NC-13 GOP candidate wins lottery | Lawsuit reveals UNC COVID-19 anti-transparency
No. 58 — Feb. 4-Feb. 10, 2024
NC-13 candidate wins lottery
‘Divine intervention’: Winning lottery will shake up the race, NC candidate says - N&O
An NC congressional candidate just won the lottery. Literally. - North State Journal
Wake County man’s lucky numbers, played for years, pay off with $757,577 jackpot win - NC Lottery
Josh McConkey, one of the numerous candidates running in the 13th district GOP primary is a regular purchaser of NC Education Lottery tickets. This week, his gamble paid off, and he went home with a $541,670 post-tax win. McConkey referenced "divine intervention" in an interview with the News & Observer, and indicated he would use “whatever we need” from his winnings on his Congressional campaign.
The creation of the North Carolina Education Lottery in 2005 was controversial; the bill only passed the State Senate when the excused absence of two Republicans allowed Democrat Lt. Gov. Bev Perdue to cast the tie-breaking vote. However, the despite the opposition of Republicans at the time, I am not aware of any attempt by the party to revisit the existence of the state-sponsored gambling institution since obtaining control of both chambers of the General Assembly in 2010.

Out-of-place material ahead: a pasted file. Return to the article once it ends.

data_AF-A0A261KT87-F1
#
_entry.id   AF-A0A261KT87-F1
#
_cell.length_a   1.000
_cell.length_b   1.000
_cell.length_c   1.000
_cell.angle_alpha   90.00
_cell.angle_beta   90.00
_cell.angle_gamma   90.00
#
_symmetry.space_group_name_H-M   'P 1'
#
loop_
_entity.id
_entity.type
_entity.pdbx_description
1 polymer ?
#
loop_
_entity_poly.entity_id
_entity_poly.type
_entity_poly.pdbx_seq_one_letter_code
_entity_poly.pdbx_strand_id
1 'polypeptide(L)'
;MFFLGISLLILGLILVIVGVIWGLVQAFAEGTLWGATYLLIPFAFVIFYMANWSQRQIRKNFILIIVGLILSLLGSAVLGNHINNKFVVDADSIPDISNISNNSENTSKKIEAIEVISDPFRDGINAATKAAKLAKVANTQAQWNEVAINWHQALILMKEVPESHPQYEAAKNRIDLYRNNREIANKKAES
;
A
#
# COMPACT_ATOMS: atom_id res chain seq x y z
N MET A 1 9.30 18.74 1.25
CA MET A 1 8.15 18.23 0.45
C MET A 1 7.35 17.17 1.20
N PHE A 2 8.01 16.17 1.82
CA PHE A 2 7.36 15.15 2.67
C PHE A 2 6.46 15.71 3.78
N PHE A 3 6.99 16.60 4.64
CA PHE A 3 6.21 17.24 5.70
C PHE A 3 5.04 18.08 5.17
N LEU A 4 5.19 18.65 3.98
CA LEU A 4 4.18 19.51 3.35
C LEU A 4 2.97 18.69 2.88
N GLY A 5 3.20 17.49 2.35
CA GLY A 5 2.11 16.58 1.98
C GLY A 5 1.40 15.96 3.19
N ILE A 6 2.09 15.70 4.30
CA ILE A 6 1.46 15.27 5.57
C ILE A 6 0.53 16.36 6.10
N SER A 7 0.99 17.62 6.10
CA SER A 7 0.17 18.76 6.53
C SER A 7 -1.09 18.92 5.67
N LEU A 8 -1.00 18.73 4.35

U.S. Right to Know public records lawsuit reveals efforts to evade transparency
An email received by U.S. Right to Know as part of their ongoing public records dispute with UNC shows that Ralph Baric and his wife Toni were using personal gmail accounts to purposefully avoid their communications with EcoHealth president Peter Daszak being subject to public records laws.
UNC has not been forthcoming with transparency in regards to the pre-2020 virological research taking place. Specifically, one of the types of records the university is fighting to keep excluded from the NC public records law is "research project collaborations", which would include the collaborations with the Wuhan Institute of Virology.
Durham Closing off 35 Additional Areas of Five City Parks After EPA Strengthens Lead Screening Levels - INDY
Durham fences off 35 areas at 5 parks due to updated EPA guidance on safe lead levels - ABC11
For anyone interested in a personal update on my January 6th story, this is my reasoning behind the decision not to appeal my recent conviction for covering the riot as an independent journalist:
I have decided not to appeal my J6 conviction, and here's why:
The best case scenario would be getting the case sent back down to be retried in front of a DC judge or a DC jury
Even if the appeal was successful, either on the governments "restricted grounds" equivocation or something more specific to my case, there's no guarantee that the result of a second trial would be better
In fact, if I was sentenced again there is a real possibility I could get more than the 12 months probation I got, as that's very much on the low end for J6 misdemeanors
But what really seals the deal for me is the expense; I spent most of my life savings taking my case to trial and making the press freedom arguments
Taking on the expense of an appeal, and possibly a 2nd trial, would divert my time, energy, and resources from what I am really passionate about, publishing as an independent journalist
TL;DR I made my arguments, I took my hits, I'm blackpilled on the justice system